Saturday, February 27, 2010

MapReduce in a Nutshell: Map

You have a problem to solve, but the set of input data is far too large to solve it by simply looping over all the data.

What if you broke the input data into chunks and analysed only a chunk at a time, somehow aggregating the intermediate results into something meaningful at a later stage?

How do you perform this partial analysis in such a way that an aggregation is possible?

The standard Wikipedia example counts all the words in a collection of books. Only problem is: the collection of files is too large, or the intermediate word count is too large to run on one conventional computer.

So. First of all, we have the superset of books: the library. We need to break it up. Maybe if it was 1/5th the size, we could analyze it in a single process? We will call each 1/5th a slice of the library.

We still need to define our function that will do the first step of analysis on each book, remembering it will be called once* for each and every book in the library.
void Map(Book book)
{
foreach (string word in book.Words)
EmitIntermediate(word, 1);
}


Now we have the function, where do we put it? On a Mapper object, of course. We will create one* mapper for each slice of the library, then we will invoke the Map() function once per book in that library slice. Then for every word in the book, we will call the mysterious EmitIntermediate() function.

For simplicity, let's just assume that EmitIntermediate delegates its call to an Emitter object. We will probably have one Emitter per library slice; each Mapper will have its own Emitter. This is good for isolationg Mappers: it will mean we're not sharing state between mappers so there won't be any concurrency issues even though we're dealing with multiple Mappers working in parallel.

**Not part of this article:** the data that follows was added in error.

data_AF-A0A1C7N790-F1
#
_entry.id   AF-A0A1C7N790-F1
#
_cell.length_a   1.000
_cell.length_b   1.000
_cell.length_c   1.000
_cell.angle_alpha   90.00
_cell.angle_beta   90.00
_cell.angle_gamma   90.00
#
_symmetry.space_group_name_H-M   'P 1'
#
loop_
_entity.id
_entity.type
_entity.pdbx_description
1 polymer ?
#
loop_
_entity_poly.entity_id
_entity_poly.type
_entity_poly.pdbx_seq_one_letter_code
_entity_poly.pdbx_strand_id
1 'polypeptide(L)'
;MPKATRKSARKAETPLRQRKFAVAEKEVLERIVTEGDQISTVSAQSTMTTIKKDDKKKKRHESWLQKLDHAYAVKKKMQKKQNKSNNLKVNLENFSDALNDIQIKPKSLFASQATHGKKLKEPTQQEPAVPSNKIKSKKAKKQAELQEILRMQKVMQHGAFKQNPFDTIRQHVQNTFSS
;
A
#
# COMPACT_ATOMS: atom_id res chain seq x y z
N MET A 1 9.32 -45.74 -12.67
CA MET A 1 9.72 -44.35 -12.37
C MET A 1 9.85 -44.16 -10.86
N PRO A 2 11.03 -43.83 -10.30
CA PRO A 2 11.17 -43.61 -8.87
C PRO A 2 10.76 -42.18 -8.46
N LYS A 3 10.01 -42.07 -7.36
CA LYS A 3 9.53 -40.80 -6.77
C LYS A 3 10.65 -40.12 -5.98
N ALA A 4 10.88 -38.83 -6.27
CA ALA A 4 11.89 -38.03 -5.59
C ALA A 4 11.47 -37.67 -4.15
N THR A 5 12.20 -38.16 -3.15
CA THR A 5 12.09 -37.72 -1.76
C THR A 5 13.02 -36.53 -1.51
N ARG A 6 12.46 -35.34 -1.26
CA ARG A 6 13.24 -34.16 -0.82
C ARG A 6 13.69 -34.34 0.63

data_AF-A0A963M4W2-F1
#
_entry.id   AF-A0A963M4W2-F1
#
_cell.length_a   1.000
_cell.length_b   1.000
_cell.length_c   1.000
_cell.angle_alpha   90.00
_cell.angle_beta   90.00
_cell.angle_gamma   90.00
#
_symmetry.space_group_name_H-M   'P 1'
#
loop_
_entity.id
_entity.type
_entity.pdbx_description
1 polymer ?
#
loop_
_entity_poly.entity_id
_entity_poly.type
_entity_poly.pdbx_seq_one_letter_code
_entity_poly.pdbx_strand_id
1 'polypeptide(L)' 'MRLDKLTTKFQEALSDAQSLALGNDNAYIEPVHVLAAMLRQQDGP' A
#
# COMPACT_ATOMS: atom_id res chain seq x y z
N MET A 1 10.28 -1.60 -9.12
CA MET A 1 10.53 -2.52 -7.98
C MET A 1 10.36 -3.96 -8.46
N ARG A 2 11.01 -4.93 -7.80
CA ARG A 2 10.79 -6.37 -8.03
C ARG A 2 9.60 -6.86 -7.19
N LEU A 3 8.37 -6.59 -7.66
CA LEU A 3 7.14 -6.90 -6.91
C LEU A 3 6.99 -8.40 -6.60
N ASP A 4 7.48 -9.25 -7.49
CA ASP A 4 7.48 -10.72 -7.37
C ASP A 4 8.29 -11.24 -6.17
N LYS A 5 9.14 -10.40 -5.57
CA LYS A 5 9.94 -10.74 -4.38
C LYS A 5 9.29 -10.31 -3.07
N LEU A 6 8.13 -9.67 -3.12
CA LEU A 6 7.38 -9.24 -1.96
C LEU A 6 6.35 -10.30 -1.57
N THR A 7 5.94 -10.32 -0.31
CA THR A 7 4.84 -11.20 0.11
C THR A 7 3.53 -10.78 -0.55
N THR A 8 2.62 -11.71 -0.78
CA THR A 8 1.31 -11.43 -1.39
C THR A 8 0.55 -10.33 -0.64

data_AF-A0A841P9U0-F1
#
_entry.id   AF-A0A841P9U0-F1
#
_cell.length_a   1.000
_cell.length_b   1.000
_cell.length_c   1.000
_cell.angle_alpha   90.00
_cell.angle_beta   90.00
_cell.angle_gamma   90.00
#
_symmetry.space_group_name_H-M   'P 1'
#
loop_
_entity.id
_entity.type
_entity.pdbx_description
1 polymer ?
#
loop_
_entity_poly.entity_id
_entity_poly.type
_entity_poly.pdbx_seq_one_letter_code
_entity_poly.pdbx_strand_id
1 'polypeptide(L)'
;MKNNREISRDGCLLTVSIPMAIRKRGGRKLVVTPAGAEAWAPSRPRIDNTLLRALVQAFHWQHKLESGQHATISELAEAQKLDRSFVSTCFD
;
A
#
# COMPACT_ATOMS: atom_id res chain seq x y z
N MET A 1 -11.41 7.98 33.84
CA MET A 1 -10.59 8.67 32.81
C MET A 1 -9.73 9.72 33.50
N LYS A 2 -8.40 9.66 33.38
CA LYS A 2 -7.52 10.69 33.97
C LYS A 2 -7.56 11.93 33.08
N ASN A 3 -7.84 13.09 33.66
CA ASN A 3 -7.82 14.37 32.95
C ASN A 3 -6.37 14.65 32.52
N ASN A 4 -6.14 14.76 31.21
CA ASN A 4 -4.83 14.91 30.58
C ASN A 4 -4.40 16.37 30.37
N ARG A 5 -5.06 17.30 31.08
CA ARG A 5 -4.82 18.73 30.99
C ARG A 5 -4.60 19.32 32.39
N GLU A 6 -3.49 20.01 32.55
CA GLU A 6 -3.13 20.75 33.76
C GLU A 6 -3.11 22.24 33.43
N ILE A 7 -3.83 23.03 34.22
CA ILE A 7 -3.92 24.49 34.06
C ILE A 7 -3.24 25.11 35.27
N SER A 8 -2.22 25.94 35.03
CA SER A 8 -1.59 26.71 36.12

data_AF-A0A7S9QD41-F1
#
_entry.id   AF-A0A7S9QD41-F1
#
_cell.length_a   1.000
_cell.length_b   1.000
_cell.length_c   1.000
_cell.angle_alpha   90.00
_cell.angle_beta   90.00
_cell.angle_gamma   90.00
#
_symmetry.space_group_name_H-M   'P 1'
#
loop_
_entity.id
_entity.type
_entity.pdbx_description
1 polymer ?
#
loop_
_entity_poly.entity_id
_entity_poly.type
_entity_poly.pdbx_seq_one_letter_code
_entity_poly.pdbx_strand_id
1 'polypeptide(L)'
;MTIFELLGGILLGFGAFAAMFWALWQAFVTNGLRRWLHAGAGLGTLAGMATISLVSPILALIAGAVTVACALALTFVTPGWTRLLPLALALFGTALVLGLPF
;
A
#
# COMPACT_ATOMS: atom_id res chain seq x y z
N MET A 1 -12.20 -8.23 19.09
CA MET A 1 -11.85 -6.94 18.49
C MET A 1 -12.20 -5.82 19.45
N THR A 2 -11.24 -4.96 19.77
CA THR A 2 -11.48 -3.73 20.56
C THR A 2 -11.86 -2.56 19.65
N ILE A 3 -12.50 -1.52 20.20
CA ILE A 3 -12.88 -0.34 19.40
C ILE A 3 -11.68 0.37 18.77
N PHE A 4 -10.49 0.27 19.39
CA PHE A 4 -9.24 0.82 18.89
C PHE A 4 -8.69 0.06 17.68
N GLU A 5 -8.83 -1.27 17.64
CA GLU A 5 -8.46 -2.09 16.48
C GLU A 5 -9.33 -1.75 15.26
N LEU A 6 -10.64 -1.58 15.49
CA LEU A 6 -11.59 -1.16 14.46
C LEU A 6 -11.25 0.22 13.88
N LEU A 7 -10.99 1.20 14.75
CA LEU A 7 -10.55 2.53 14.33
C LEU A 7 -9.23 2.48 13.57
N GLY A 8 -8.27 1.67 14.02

Here is a possible implementation of an Emitter for our example - it differs from the standard example in that it performs some arithmetic continuously updating the slice's word count:
class Emitter
{
private Dictionary intermediate; // constructed elsewhere
public void Emit(string key, long value)
{
if (!intermediate.ContainsKey(key))
intermediate.Add(key, 0);
intermediate[key].Value += value;
}
}


Here is another possible implementation of an Emitter - it's more like the standard example as it stores a list of values, to be summed up at a later stage. Because we know that "1" is the only value we ever emit, we can reduce the amount of storage space required by defining the values as a list of bytes.
class AnotherEmitter
{
private Dictionary<string, List<byte>> intermediate; // constructed elsewhere
public void Emit(string key, byte value)
{
if (!intermediate.ContainsKey(key))
intermediate.Add(key, new List<byte>());
intermediate[key].Add(value);
}
}


There's no requirement for the Emitter's keys and values to be backed by an object in memory, this is just a simplification to explain the MapReduce concept.

Let's start this program up and run it. We take our library and divide it into slices. For each slice we create a Mapper and an Emitter. For each book in the slice we call the Map() function, which calls EmitIntermediate() for every word it finds. Once all the slices have been mapped, we inspect the Emitters. There's one Emitter per slice, and it contains all of the words for all the books in that slice.

Here's a concrete example of our entire library:
SLICE:0
BOOK:"Fight Club"
WORDS:"Sticking feathers up your butt does not make you a chicken"
BOOK:"The Bible"
WORDS:"In the beginning God created the heaven and the earth"
SLICE:1
BOOK:"Still Life With Woodpecker"
WORDS:"who cared which crossed the road first, the chicken or the egg"
BOOK:"FIASCO"
WORDS:"would not be reported till years down the road"
SLICE:N
BOOK:*
WORDS:*


When we example our intermediate values for the Emitter on slice 0, we find "the" 3 times (all from the Bible) and "chicken" just 1 time. Unsurprisingly, not a lot of cross over between Fight Club and the Bible. The Emitter on slice 1 has slightly different results: "the" comes in 4 times (3 times from Still Life, and 1 time from FIASCO), but "chicken" is there just 1 time (thanks again to Still Life).

What we need now is something that will aggregate our intermediate results so that we get 6x "the"s and 2x "chicken"s. In the next post, it's time for the Reduce step.

* Lies to children: if we expand our example to become more robust, we could end up retrying to Map() a book that previously failed, even retrying an entire slice with a brand new Mapper if the compute node failed.